‘Witch’ provides an improvised entertainment for a small group of people without any need for a gamemaster or referee. In practice, it might be useful for someone to be familiar with the content of this ‘Ashcan’-edition booklet, but by no means imperative as the content could be scanned through and imparted quite rapidly at the start of, and during, the session.
Players assume the roles of a ragtag band of medieval travellers tasked with transporting a supposed witch from London to Lindasfarne. Each player sheet presents some very basic detail, including three questions that warrant an answer during the session and a few flavour lines at the bottom that might serve as the basis for the scenes that will follow.
Over the course of the journey, players take it in turn to frame scenes that involve their characters, the other defined major characters, and any peripheral persona. The person framing the scene can identify a character and a player who will take that role. Here in the middle of the 14th century burning a witch may very well provide a timely and much needed resolution to a plague that ravages the land. Each character has something to invest into this predicament and possible links to the other players – from an inspiring squire and his world-weary knight, to a disgraced Crusader and a wary Brother charged to accompany the witch by the Church.
The game consists of a simple booklet and some strips of paper with the very limited character detail. Only one character sheet has an illustration at the moment – as this edition of the game is still a work in progress. As a player, I didn’t see much of the content of the booklet – but it seems to mainly consist of some short guidance on the game, and narrative sections to frame each phase of the game.
The witch has two ‘envelopes’ to choose from at the start of the game, to determine her guilt or innocence. Her crime may be true or fabricated, and in the course of the game the players need to come to some sort of conclusion. Making the wrong decision will send an innocent woman to the flames, and while the characters may ‘succeed’ in their lives thereafter, the witch character adds a bitter end to their existence. If the players make the right decision, they may rid the land of the plague.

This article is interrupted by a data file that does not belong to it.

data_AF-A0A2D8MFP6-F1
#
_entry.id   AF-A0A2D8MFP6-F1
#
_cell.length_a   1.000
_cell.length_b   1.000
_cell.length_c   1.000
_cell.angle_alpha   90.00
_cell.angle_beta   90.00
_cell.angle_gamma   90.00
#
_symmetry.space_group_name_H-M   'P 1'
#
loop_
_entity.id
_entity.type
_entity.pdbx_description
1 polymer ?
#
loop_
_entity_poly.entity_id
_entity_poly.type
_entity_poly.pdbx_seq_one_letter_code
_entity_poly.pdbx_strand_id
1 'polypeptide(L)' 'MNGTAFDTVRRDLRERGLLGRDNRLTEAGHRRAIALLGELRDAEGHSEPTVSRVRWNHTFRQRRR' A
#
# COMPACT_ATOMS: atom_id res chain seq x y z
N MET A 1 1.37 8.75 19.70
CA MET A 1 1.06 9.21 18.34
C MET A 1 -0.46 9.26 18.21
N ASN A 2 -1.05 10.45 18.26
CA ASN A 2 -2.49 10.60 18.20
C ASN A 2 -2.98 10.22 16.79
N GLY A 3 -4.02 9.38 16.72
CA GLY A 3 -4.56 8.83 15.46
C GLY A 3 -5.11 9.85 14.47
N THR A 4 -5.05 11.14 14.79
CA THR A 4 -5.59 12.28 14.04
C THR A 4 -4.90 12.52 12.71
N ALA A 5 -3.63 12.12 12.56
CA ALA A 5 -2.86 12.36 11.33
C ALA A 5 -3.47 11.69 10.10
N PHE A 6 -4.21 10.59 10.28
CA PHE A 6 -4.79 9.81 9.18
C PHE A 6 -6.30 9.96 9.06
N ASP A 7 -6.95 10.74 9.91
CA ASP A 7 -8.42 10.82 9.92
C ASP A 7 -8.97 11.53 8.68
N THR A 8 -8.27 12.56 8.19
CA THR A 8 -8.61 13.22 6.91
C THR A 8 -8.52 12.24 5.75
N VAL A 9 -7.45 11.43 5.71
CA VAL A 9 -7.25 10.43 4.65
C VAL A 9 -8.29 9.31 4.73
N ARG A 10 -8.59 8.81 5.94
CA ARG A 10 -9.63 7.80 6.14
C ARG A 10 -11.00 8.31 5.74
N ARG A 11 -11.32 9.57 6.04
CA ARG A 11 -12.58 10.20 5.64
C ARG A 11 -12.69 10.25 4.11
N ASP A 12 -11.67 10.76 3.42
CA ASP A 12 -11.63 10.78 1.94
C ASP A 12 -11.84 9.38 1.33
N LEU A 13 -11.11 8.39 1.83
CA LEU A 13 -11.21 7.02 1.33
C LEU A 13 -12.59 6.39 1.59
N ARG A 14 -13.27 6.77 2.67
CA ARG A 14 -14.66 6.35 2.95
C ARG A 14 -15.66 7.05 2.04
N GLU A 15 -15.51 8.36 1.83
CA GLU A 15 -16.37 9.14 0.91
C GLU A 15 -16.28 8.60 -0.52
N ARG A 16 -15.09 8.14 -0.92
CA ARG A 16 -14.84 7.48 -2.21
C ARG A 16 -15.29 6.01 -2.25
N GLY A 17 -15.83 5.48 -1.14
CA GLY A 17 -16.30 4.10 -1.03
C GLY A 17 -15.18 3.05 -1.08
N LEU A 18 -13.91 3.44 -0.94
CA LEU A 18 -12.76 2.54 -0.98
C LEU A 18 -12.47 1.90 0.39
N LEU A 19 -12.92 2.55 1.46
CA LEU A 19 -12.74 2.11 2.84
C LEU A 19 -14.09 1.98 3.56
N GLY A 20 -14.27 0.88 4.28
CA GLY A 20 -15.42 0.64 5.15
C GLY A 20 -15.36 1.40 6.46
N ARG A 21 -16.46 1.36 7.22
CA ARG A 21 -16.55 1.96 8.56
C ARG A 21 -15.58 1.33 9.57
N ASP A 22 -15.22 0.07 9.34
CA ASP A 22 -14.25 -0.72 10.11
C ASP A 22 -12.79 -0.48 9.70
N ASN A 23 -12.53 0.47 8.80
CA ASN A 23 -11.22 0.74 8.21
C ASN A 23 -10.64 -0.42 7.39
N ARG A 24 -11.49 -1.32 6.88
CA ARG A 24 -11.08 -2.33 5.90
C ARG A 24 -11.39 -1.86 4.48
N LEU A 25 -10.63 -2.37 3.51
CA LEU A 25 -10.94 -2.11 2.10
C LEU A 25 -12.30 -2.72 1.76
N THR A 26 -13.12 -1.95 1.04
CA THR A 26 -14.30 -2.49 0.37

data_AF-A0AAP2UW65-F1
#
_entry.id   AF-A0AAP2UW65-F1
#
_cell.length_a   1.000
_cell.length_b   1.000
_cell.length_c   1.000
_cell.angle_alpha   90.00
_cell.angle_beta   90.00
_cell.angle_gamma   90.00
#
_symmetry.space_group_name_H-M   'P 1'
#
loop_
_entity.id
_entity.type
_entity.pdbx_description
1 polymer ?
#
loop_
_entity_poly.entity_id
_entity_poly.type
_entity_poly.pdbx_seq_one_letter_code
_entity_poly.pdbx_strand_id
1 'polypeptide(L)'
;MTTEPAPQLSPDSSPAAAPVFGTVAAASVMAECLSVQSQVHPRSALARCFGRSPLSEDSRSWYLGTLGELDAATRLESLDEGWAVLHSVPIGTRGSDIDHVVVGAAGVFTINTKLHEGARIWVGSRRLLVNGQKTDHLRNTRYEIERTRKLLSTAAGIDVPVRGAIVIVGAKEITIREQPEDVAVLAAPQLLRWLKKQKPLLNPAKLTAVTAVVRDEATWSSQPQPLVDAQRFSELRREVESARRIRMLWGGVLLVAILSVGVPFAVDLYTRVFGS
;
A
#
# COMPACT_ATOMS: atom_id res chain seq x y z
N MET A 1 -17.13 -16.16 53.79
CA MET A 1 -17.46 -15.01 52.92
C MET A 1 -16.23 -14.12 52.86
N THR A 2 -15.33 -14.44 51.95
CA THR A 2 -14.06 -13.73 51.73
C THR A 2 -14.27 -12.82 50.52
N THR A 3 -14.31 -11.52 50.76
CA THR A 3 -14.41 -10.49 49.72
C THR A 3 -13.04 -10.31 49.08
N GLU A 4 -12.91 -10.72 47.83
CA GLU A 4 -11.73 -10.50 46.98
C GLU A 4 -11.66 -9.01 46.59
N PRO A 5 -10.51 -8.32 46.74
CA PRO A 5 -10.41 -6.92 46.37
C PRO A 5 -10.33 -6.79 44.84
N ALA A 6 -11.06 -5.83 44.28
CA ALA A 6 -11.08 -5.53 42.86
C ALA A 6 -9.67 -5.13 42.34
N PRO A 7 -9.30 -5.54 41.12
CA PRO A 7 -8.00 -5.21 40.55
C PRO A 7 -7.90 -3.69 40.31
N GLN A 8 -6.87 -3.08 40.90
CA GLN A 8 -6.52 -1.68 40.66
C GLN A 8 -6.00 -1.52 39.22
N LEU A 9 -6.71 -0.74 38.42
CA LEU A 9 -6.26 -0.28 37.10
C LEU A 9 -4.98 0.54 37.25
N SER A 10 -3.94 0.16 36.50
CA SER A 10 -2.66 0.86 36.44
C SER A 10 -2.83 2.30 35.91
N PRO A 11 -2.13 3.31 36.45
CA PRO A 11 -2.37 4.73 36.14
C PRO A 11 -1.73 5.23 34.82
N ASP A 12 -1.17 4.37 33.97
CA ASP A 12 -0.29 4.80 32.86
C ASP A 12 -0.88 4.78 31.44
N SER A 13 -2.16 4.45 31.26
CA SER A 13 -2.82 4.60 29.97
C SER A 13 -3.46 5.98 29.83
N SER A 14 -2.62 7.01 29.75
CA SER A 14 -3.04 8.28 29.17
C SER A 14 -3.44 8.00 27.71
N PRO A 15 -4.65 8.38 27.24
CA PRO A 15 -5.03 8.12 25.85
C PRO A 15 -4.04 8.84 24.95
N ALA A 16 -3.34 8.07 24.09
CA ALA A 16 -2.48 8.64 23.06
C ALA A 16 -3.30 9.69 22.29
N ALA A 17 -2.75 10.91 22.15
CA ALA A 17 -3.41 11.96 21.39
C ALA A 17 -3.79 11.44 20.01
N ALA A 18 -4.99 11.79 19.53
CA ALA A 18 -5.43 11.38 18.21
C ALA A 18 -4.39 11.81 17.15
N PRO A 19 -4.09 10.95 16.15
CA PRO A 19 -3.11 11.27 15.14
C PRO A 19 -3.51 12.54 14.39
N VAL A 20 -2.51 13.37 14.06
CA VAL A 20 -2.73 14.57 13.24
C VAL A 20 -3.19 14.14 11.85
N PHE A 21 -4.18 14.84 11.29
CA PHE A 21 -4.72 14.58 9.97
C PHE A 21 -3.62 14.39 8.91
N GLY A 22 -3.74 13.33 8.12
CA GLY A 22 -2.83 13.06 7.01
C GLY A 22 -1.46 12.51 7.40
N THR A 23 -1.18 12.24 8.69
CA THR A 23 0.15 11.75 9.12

Given the game exists in this half-finished state, I can only judge what I’ve experienced first hand and seen for myself. I wonder what additional material a complete edition of the game might include. As it stands, I’m not overly impressed myself. While I participated and found some role in the game, as the deserter Crusader ‘Sir’ Thorne, I found the whole story massively dependent on considerable effort from the players in creating and developing the narrative. I have played Fiasco and the many random elements generated at the start of a playset provide some character, relationship, and focus to work with. Somehow, I felt ‘Witch’ had cut me adrift. I’m quite a history buff myself and I appreciate you don’t need to adhere to historical accuracy necessarily, but I found the background very limited and the guiding questions and flavour insufficient. I felt uncomfortable playing, even amongst people I have played games with for a while now. The ‘game’ doesn’t feel like it offers much support.
I have read reviews that the game likely offers incredible replay value, but I don’t see it myself. I have played it a single time and now I doubt I would want to play it again, even as a different character or with a different group of players. I can’t quite see how it might engage me or where I might muster the enthusiasm – but, that could simply be me. On the other hand, having played a Fiasco playest (‘The Ice’), I think I could replay that more than once, purely because the elements that make up the game will subtly change with a fresh set of dice rolls.
I can’t judge the outcome of further development or the release of a final version of this game, so I write this review based on what we have now. For the moment, the ‘Ashcan’-edition of ‘Witch’ offers an interesting premise for a genuinely one-off game. I will take an interest in additions and developments, including illustrations for the characters (currently limited to the Brother), but I could, in good conscience, recommend this game to anyone over, for example, Fiasco.